LOS ANGELES (Reuters) - Walt Disney Co. said on Monday it would set up a new film company with “Polar Express” director Robert Zemeckis to develop three-dimensional animated movies.
Three-dimensional animation has had limited release, but movies shown in the format have been profitable. Theater chains charged a premium of up to $4 on each ticket for 3D versions of Disney’s “Chicken Little,” the first modern 3D animated movie released by a major studio.
Zemeckis, who produced the Academy Award-nominated animated film “Monster House,” would produce and direct an undisclosed number of films for the new studio using performance capture technology with longtime partners Jack Rapke and Steve Starkey. Financial terms were not released.
Zemeckis has made two films, “Polar Express” and “Monster House” using performance capture, and is at work on a third film, “Beowulf,” for release for Sony Corp.’s Columbia Pictures this fall.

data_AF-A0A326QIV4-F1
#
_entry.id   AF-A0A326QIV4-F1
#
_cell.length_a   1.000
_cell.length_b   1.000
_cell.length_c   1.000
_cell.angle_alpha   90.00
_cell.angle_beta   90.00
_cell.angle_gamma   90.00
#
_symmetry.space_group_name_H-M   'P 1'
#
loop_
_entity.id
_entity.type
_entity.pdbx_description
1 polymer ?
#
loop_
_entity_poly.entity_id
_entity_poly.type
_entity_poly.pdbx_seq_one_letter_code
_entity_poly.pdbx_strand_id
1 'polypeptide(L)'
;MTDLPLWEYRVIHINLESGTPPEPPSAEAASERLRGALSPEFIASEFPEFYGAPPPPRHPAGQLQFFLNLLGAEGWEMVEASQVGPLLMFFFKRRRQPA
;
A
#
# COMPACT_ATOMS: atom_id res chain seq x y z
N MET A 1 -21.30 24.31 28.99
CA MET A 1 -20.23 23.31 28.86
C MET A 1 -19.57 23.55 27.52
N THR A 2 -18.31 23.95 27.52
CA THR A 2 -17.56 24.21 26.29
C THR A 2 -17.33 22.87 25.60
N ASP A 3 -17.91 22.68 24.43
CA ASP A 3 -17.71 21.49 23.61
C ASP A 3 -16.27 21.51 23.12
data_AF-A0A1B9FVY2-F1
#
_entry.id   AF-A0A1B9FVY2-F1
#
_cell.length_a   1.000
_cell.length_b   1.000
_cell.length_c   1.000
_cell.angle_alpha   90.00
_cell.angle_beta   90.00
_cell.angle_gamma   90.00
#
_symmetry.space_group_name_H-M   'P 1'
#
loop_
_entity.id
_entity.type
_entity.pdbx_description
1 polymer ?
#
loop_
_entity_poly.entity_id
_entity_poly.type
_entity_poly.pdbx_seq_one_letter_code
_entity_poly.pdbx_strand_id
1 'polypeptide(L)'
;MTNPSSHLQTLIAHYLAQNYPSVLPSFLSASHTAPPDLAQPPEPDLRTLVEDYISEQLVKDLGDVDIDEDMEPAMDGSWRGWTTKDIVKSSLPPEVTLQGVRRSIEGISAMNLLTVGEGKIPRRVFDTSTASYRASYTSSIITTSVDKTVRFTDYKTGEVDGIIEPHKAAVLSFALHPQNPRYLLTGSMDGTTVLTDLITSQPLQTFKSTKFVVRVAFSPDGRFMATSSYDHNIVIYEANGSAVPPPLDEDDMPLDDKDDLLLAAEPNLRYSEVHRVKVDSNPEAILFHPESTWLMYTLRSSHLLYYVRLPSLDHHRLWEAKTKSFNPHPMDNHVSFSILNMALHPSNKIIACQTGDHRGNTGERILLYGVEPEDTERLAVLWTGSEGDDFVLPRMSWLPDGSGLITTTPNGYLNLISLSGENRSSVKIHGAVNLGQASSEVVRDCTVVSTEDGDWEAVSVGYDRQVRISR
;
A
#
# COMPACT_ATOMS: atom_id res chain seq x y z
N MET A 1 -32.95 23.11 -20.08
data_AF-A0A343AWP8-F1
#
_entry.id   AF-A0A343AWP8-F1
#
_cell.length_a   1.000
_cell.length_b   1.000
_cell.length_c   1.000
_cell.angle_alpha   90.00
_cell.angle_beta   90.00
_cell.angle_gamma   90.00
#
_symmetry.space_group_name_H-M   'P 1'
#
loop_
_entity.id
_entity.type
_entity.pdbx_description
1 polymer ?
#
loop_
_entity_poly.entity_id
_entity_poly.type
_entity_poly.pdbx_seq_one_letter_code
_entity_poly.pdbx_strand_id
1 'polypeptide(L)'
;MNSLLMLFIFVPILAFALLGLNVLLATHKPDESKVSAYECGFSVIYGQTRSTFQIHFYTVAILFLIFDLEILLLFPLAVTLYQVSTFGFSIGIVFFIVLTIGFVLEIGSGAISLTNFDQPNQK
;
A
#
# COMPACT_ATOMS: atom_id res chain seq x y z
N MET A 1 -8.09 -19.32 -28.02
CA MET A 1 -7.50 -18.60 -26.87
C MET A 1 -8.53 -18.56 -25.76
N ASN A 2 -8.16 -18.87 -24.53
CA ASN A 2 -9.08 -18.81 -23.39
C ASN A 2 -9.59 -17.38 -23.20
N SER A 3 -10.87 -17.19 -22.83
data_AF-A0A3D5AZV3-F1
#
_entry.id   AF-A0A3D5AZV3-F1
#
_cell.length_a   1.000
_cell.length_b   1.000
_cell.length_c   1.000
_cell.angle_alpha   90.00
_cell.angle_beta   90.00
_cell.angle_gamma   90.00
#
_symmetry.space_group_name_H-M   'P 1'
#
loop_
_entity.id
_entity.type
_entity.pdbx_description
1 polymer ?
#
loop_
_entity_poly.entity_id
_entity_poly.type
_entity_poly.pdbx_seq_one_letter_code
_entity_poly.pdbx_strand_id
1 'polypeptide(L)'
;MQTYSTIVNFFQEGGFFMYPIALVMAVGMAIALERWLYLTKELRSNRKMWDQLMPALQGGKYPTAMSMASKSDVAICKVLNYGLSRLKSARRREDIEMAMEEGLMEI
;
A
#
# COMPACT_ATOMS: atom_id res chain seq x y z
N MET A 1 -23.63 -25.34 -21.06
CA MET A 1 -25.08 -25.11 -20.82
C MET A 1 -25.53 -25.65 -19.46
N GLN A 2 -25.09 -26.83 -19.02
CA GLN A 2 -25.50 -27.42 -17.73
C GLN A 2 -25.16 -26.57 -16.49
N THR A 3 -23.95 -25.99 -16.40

In performance capture, actors wear bodysuits embedded with sensors that allow a camera-equipped computer to record their movements. The data is fed into a computer, which renders the movements in three dimensions (3D).
When watched with polarized glasses, such films have effects that appear to jump off the screen.
When Disney showed “Chicken Little” in specially equipped theaters in 2005, the film brought in 2.5 times the revenue per showing of traditional versions of the film.
The digital 3D versions of Disney’s “Nightmare Before Christmas” and Sony’s “Monster House,” released last year, also earned at more than twice the average per-screen box office of their 2D versions.
Disney plans a 3D release for its next animated film, “Meet the Robinsons.”
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